With media reports as prevalent as they are for headaches, you’d think there must be an increase in people affected. That turns out not to be true. In the United States at least, the statistics have held pretty steady over the last decade: approximately 12 million people visit doctors annually seeking relief from headaches. At least one-quarter of that group suffers from severe chronic tension or migraine headaches. So, why the increase in reported headaches then?
A little investigating uncovers two reasons:
- Advanced diagnostic machines;
- A more-informed and assertive patient population.
Those two factors have led to a doubling of tests being performed in the last 12 years.
Advanced testing procedures are not without drawbacks though. They are expensive, can lead to additional and often unnecessary procedures (like biopsies) and increase exposure to radiation.
And it turns out maybe not the best course of action.
New research has shown that lifestyle changes often have the biggest impact on reducing the incidence of headaches, and particularly those associated with sleep. According to one study, for example, 50% of people reporting chronic migraine headaches also disclosed poor sleep habits. A change in sleep habits made a significant difference for these subjects.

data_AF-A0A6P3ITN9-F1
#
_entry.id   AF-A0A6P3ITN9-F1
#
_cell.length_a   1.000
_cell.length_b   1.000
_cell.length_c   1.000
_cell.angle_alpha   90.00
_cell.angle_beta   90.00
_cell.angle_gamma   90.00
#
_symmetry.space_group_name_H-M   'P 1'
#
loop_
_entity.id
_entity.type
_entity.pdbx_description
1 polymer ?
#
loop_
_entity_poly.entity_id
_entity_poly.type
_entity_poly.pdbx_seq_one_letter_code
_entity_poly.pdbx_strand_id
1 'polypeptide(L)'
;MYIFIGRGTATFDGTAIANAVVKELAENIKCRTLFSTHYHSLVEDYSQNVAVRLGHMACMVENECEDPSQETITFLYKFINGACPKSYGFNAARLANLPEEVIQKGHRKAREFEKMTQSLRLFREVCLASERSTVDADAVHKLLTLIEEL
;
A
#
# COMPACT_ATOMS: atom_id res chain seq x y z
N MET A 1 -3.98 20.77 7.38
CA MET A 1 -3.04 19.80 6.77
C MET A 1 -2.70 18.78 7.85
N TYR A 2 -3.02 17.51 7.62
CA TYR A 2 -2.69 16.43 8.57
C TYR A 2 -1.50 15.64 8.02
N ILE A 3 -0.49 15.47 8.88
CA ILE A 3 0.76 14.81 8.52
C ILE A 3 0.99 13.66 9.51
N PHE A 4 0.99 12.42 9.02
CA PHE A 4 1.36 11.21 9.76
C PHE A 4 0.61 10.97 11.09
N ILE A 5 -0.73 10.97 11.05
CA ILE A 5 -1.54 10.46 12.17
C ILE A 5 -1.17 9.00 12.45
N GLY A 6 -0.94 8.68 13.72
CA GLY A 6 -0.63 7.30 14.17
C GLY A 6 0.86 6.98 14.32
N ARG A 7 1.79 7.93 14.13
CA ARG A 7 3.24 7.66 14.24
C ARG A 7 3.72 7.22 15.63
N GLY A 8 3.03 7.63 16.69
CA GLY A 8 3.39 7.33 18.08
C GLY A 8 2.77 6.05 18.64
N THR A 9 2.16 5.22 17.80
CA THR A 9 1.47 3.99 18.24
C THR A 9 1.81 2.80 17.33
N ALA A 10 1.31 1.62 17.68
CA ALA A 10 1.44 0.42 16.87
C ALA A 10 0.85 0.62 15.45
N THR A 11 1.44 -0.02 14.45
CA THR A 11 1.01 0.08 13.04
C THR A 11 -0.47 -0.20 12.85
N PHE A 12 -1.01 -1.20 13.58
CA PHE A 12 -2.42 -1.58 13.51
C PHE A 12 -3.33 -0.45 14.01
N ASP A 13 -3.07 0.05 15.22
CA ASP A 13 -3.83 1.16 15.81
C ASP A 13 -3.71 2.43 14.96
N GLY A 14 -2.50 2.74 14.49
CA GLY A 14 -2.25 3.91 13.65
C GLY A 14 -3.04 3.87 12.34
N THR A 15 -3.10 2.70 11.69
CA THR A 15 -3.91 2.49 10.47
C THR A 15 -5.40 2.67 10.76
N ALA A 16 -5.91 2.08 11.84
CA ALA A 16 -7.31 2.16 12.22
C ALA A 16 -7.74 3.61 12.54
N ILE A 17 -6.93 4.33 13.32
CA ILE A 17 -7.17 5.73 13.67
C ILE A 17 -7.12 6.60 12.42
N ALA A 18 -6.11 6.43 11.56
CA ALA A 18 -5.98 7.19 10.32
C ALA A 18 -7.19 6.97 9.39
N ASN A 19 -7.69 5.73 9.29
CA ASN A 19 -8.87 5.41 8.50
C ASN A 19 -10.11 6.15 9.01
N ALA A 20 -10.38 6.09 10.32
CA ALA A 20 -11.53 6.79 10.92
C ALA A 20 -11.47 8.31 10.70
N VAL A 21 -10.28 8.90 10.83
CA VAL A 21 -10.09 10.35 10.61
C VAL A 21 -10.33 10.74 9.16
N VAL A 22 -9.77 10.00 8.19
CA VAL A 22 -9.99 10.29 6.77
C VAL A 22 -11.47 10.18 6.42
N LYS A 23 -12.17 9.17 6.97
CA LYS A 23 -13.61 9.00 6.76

Scientists now believe that it makes sense to approach headaches first from a self-care strategy, leaving a medical consultation as a follow-up in the event that lifestyle changes aren’t the solution. I agree with that line of thinking; most – not all, but most – headaches result from habitual practices that sabotage our wellbeing. And that is why I created the Say Goodbye to Headaches class.
The challenge to living headache-free is three-fold: first to identify the type and classification of headache, secondly, the behaviors that contribute to head pain, and thirdly, find agreeable substitutes for those behaviors.
In the Say Goodbye to Headaches class, attendees learn how to help clients to identify their headache triggers from a list of nearly 70. They learn how to coach clients in creating lifestyle changes they are willing to make and how to offer a hands-on reflexology session designed specifically for that client.
I hope you will join us. This class always garners some of the best follow-up responses from therapists when they head home to help their community. With 12 million sufferers in the country, I figure you must know a few you can help!